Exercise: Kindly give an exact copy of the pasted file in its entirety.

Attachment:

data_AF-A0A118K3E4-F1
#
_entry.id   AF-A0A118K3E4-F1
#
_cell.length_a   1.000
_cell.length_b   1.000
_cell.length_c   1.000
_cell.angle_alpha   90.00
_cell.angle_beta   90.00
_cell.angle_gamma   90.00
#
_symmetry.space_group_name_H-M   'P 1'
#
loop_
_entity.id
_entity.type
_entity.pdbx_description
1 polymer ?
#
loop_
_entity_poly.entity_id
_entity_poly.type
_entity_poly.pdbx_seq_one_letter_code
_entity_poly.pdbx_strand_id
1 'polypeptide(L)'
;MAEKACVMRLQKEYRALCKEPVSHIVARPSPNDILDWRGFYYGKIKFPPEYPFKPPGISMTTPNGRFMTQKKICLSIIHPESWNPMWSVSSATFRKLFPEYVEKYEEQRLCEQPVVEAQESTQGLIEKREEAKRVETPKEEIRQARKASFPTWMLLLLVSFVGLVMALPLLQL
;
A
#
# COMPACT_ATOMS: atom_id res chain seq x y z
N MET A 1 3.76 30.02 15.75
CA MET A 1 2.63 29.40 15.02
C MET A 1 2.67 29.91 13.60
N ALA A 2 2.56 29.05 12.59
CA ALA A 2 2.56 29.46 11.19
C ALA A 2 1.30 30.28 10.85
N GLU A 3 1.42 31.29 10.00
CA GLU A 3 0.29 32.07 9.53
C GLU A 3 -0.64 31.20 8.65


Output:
data_AF-A0A118K3E4-F1
#
_entry.id   AF-A0A118K3E4-F1
#
_cell.length_a   1.000
_cell.length_b   1.000
_cell.length_c   1.000
_cell.angle_alpha   90.00
_cell.angle_beta   90.00
_cell.angle_gamma   90.00
#
_symmetry.space_group_name_H-M   'P 1'
#
loop_
_entity.id
_entity.type
_entity.pdbx_description
1 polymer ?
#
loop_
_entity_poly.entity_id
_entity_poly.type
_entity_poly.pdbx_seq_one_letter_code
_entity_poly.pdbx_strand_id
1 'polypeptide(L)'
;MAEKACVMRLQKEYRALCKEPVSHIVARPSPNDILDWRGFYYGKIKFPPEYPFKPPGISMTTPNGRFMTQKKICLSIIHPESWNPMWSVSSATFRKLFPEYVEKYEEQRLCEQPVVEAQESTQGLIEKREEAKRVETPKEEIRQARKASFPTWMLLLLVSFVGLVMALPLLQL
;
A
#
# COMPACT_ATOMS: atom_id res chain seq x y z
N MET A 1 3.76 30.02 15.75
CA MET A 1 2.63 29.40 15.02
C MET A 1 2.67 29.91 13.60
N ALA A 2 2.56 29.05 12.59
CA ALA A 2 2.56 29.46 11.19
C ALA A 2 1.30 30.28 10.85
N GLU A 3 1.42 31.29 10.00
CA GLU A 3 0.29 32.07 9.53
C GLU A 3 -0.64 31.20 8.65